My first objection to this is that dead people actually do have rights. Sure, death deprives the dead of certain rights—the right to vote comes to mind. In France, the dead can marry—but almost everywhere else the right to marry or divorce ends with death.
But almost every culture everywhere respects the rights of the dead to remain undisturbed. Bans on grave robbing, corpse mutilation and necrophilia all seem to be instances of respecting the rights of the dead. Most people would find the concept of mandatory organ donation gruesome.
At least one U.S. court has held that the dead even have reproductive rights. That case arose after a man named William Kane deposited 15 vials of his sperm a month before he killed himself. In his suicide note—which he addressed to Deborah Hecht—William expressed a dying wish: "I hope you have our child."
William’s children from an earlier relationship did not like the idea of their father posthumously producing siblings. They sued and the trial court took their side, ordering the sperm destroyed. The case was overturned on appeal on the grounds that William had clearly expressed his intent to reproduce posthumously—and that his right over reproductive decisions extended beyond the grave.
McArdle might object that the dead do not really have the right to reproduce. Instead, she might say, what we see here is the court respecting the rights of the living William. After all, when he deposited the sperm in the bank he was alive. And when he wrote the note he was alive, too. So he wasn’t really reaching out from beyond the grave to have children.
But this same logic applies to inheritance. The dead do not bequeath property to their heirs—the living do. They make decisions about what will happen to their stuff in the event of their death. Inheritance is not about whether the dead own property—it’s about whether the living can give away their property upon the event of their deaths.
I suppose McArdle could object that our property rights shouldn’t include a right to dispose of them upon death. Everything we “own,” in that case, we would merely have a life tenancy in. When our life is over, our ownership ends. It goes back to the state of, well, not the state of anything, I guess. Just The State.
This would have all sorts of odd results. If I only possess a life tenancy in my property, what happens when I sell it to someone?
Let’s say I sell my house. Obviously, I can only sell what I own—which is a life tenancy. That life tenancy is linked to my life—not the life of the buyers. So the purchaser of the house would lose the house when I die.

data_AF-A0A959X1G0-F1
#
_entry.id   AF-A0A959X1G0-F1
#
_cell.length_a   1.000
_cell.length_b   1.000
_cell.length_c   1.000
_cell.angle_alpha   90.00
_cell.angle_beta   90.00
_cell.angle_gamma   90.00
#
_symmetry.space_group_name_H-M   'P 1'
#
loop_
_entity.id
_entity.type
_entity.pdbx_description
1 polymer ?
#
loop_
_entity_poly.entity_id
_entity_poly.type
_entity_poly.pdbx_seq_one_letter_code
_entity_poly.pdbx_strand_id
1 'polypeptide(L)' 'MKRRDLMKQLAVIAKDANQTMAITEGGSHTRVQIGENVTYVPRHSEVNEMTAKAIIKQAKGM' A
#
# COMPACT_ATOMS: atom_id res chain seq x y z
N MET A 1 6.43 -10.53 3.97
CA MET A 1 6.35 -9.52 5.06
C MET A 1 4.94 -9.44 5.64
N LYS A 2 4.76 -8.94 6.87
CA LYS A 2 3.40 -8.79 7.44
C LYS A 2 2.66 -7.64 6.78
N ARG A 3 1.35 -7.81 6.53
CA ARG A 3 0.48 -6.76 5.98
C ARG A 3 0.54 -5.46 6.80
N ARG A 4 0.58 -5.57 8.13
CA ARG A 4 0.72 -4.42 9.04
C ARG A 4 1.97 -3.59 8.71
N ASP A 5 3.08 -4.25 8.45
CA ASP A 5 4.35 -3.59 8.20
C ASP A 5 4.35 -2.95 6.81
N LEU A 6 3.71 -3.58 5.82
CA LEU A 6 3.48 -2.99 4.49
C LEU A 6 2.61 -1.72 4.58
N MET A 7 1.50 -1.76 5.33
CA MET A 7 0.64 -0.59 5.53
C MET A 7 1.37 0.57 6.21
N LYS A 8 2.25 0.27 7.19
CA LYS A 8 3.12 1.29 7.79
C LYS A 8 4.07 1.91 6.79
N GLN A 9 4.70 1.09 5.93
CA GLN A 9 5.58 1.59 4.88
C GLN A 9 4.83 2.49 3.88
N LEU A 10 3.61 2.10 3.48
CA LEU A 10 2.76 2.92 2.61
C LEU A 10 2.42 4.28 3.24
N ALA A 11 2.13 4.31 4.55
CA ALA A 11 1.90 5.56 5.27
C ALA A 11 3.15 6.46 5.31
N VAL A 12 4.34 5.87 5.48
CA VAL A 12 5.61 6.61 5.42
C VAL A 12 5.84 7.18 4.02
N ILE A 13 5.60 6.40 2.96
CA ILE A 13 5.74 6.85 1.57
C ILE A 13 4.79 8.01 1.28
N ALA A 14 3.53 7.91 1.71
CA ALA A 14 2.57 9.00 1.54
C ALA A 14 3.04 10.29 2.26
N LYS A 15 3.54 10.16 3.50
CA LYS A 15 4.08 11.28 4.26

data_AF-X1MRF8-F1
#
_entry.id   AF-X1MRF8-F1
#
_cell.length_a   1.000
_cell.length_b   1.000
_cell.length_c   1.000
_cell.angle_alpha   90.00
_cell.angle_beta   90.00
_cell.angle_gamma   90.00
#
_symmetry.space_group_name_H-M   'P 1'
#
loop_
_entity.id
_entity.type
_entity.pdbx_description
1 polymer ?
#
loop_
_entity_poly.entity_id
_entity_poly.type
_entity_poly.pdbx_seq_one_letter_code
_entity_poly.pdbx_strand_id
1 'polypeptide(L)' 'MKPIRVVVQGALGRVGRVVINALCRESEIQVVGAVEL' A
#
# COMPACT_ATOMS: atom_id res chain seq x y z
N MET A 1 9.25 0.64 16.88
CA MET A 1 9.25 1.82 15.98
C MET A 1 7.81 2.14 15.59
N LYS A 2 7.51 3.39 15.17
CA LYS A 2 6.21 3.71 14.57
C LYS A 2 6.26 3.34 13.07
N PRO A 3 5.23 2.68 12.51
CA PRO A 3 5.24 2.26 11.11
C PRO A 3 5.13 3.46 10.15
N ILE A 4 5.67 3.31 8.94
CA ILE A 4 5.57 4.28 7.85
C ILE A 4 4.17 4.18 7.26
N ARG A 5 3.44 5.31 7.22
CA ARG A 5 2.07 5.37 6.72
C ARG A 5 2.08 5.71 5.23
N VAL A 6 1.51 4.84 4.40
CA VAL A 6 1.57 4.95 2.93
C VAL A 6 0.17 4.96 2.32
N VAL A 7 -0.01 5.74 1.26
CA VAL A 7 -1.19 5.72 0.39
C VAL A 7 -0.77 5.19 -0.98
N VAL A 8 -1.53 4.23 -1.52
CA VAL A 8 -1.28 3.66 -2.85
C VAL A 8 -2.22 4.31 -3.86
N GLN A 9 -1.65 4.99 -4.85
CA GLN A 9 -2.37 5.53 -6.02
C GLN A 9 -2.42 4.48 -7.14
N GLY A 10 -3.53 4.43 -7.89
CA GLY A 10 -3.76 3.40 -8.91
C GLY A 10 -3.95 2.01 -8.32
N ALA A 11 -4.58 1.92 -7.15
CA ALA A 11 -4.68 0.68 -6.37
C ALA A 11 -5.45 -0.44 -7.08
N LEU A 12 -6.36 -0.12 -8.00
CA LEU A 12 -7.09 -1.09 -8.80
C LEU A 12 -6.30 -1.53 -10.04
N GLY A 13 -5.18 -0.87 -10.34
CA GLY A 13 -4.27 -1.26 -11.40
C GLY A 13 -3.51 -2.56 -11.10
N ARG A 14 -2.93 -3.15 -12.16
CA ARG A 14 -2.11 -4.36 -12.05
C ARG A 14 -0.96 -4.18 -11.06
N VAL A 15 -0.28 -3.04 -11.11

Imagine what this would do to property rights. We’d all be worried all the time that we could be deprived of our property just because the original owner died. That’s a recipe for chaos and economic stagnation.
I know this seems absurd—but the absurdity is the result of the arbitrariness of the limitation of ownership to life tenancy. If we conceive of ownership more simply—as our laws and traditions actually do—we avoid this absurdity.
Another reason to reject life tenancy is it conveys rights to our property without consent and without justification. Ordinarily, we acquire property because it is given to us as a gift, because we manufacture it, because someone else consents to give it to us as part of a bargain, or because a court decides we are owed it in light of a violation by someone else of our rights.
Let’s say I make a chair out of some lumber I buy. It’s clear how I came to have property rights in the chair—I bought the lumber, I made the chair with it. In McArdle’s world, however, my property right over the chair would end at the grave. And someone else’s property right—namely, the government’s—would start there.
So where would the post-life tenancy property right of the government come from? Why did my manufacture of a chair create a property right for someone else in the chair after I am dead? The origin of this property right is mysterious because it isn’t like any other property right that exists.
I think that underlying the anti-inheritance position McArdle takes is a disturbingly expansive view of government. It only really makes sense if the ultimate owner of all property is really the government—the rest of us are just tenants, who get to use the government’s stuff while we’re alive. But why should anyone concede that all our stuff is actually the government's?
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